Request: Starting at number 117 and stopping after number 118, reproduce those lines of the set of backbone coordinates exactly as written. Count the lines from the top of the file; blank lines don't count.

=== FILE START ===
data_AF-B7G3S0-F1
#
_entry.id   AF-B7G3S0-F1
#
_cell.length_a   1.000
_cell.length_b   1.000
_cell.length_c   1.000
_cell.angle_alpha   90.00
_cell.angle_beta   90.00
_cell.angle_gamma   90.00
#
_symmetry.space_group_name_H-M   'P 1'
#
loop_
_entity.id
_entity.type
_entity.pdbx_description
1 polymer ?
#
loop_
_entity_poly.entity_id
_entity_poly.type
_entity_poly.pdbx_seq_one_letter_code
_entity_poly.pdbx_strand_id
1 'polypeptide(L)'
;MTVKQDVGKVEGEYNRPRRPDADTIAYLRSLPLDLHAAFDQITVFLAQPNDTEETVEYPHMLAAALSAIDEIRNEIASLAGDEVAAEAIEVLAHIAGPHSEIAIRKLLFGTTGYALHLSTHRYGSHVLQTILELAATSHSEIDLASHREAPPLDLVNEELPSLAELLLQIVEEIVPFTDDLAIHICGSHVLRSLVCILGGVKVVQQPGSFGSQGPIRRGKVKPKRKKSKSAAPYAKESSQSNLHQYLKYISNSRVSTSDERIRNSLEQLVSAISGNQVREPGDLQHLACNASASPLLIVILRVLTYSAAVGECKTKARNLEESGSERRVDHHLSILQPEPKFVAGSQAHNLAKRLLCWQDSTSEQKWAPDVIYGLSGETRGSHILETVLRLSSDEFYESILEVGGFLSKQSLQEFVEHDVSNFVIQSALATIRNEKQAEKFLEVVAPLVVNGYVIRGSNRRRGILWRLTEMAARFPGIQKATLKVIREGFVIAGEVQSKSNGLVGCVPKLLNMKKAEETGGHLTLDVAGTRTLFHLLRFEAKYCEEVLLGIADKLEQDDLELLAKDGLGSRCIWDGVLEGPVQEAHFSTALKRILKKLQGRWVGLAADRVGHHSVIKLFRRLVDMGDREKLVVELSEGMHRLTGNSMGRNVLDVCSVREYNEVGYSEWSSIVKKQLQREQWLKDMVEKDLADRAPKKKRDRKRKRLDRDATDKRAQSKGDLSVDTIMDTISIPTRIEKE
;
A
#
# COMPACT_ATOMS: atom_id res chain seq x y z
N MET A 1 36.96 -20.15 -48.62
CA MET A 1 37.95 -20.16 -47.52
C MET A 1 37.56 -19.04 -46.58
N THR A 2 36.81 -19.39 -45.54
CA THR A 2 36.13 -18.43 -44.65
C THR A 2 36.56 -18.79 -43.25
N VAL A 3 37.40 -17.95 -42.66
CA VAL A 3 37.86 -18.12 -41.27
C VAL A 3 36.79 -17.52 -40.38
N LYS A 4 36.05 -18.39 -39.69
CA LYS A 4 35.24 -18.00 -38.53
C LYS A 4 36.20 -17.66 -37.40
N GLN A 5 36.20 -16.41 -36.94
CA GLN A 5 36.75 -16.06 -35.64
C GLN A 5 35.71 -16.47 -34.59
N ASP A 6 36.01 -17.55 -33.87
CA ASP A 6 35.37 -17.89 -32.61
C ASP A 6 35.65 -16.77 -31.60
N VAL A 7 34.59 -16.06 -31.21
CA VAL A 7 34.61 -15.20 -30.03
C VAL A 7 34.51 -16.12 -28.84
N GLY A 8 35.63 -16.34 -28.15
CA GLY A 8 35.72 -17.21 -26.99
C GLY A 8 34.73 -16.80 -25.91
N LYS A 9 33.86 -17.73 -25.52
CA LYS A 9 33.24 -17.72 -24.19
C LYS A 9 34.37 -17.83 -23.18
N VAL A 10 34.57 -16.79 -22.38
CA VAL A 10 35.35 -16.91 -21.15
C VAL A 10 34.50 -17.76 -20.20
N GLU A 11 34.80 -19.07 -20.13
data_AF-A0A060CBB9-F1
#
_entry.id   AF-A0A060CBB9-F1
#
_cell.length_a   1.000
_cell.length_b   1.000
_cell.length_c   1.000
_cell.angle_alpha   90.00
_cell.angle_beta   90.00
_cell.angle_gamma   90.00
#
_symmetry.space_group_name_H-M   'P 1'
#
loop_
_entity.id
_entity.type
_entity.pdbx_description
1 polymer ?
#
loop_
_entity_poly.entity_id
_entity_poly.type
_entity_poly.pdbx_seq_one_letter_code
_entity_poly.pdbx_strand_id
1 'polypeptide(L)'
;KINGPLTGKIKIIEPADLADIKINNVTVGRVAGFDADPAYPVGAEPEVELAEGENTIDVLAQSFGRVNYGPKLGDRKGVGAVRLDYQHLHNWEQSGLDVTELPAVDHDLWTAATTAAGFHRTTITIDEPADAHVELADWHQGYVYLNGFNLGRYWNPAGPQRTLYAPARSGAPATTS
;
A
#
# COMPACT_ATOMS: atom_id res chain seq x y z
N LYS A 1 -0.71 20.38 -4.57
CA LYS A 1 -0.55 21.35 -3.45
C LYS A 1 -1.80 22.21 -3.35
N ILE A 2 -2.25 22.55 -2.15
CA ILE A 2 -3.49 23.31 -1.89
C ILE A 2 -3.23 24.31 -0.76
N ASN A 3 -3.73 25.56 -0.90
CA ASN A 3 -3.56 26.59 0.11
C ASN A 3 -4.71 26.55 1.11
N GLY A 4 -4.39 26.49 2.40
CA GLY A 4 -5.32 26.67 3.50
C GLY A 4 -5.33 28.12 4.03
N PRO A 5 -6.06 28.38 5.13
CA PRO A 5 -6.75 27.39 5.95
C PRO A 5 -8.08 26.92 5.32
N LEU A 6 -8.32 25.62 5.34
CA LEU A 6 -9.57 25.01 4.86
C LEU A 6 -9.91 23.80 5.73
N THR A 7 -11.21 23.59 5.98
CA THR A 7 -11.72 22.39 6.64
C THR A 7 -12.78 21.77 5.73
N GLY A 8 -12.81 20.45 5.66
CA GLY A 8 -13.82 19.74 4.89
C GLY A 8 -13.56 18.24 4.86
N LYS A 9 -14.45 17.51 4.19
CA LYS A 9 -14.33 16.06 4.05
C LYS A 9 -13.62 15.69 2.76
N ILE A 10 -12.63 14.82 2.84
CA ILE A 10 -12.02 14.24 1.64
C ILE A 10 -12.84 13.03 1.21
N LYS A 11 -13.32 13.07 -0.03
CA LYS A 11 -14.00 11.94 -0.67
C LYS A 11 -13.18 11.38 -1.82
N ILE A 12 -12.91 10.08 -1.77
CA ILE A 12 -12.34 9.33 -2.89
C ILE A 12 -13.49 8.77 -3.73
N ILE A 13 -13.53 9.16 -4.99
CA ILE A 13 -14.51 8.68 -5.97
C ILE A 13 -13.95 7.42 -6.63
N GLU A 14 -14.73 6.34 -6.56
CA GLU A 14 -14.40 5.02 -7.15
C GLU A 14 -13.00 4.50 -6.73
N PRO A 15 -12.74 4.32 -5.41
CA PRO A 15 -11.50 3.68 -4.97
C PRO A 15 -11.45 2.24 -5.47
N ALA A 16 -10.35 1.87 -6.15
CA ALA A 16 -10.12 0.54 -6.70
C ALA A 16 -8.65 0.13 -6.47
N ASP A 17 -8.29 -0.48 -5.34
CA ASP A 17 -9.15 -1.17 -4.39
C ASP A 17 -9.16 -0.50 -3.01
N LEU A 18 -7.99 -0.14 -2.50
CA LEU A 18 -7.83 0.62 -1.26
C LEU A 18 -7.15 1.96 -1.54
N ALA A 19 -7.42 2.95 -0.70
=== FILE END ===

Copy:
CA LYS A 9 -14.33 16.06 4.05
C LYS A 9 -13.62 15.69 2.76